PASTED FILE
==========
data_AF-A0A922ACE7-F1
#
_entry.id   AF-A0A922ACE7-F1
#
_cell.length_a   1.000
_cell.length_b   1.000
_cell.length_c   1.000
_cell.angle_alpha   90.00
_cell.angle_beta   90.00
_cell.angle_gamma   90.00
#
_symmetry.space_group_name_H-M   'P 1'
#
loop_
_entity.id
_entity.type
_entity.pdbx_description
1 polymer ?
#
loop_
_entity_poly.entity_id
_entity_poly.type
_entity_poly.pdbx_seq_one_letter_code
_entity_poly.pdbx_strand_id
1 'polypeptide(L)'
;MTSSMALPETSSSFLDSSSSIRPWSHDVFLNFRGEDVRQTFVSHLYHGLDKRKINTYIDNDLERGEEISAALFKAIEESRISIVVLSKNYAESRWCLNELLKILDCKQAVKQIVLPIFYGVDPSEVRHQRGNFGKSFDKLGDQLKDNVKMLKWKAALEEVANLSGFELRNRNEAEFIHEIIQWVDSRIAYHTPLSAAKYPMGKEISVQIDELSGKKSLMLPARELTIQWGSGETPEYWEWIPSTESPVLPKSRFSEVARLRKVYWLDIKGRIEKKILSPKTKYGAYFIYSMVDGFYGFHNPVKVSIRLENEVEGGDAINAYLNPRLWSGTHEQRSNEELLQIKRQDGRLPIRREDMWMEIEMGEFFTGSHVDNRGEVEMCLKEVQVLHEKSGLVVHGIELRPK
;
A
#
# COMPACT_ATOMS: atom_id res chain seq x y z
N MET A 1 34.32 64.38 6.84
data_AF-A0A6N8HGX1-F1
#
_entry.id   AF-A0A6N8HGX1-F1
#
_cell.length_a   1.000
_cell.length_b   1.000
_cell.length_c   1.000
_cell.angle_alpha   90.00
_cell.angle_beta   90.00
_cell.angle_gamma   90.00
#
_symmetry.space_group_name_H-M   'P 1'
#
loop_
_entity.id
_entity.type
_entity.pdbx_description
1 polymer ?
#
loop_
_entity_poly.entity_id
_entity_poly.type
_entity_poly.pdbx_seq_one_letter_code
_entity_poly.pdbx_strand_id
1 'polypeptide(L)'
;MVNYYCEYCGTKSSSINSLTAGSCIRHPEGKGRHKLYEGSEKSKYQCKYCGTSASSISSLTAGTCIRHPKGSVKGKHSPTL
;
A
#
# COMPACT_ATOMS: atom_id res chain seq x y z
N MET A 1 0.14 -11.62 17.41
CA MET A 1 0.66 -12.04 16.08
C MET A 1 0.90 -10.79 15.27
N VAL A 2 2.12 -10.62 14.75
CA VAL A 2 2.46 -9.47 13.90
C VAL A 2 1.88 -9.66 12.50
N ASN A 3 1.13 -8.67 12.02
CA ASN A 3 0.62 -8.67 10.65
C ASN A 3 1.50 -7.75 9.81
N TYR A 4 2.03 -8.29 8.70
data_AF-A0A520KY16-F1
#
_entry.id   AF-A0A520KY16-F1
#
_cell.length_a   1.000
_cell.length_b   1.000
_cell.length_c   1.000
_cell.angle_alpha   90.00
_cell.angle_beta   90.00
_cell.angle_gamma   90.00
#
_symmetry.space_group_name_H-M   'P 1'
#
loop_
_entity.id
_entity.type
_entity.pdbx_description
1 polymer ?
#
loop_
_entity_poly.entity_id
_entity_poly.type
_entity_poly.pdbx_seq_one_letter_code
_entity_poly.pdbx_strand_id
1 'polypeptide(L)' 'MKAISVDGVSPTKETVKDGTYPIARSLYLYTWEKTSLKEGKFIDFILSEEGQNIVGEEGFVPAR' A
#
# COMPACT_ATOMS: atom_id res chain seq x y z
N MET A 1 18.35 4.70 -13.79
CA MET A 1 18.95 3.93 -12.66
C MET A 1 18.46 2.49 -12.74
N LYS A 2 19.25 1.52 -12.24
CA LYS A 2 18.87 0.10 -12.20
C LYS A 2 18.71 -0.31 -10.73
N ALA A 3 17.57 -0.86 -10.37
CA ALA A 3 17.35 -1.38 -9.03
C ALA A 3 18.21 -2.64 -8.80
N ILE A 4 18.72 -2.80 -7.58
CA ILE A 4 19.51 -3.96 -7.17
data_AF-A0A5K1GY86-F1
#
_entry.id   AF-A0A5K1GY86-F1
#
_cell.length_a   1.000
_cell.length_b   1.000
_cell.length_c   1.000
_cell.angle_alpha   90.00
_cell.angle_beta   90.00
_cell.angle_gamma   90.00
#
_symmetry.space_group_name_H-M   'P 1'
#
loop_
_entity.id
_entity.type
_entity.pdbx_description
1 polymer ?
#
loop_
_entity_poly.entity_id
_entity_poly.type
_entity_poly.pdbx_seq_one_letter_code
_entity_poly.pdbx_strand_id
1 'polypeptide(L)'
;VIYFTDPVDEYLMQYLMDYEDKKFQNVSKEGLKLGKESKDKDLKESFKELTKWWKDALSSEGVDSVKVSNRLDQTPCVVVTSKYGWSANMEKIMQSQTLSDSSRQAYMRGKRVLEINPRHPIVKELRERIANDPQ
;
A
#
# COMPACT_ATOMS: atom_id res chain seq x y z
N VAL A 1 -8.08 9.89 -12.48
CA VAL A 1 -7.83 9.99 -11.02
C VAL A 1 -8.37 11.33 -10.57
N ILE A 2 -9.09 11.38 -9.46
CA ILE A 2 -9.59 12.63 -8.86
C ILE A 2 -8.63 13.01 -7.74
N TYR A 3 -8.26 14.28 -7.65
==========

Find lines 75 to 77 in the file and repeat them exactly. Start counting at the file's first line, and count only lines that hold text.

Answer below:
#
_cell.length_a   1.000
_cell.length_b   1.000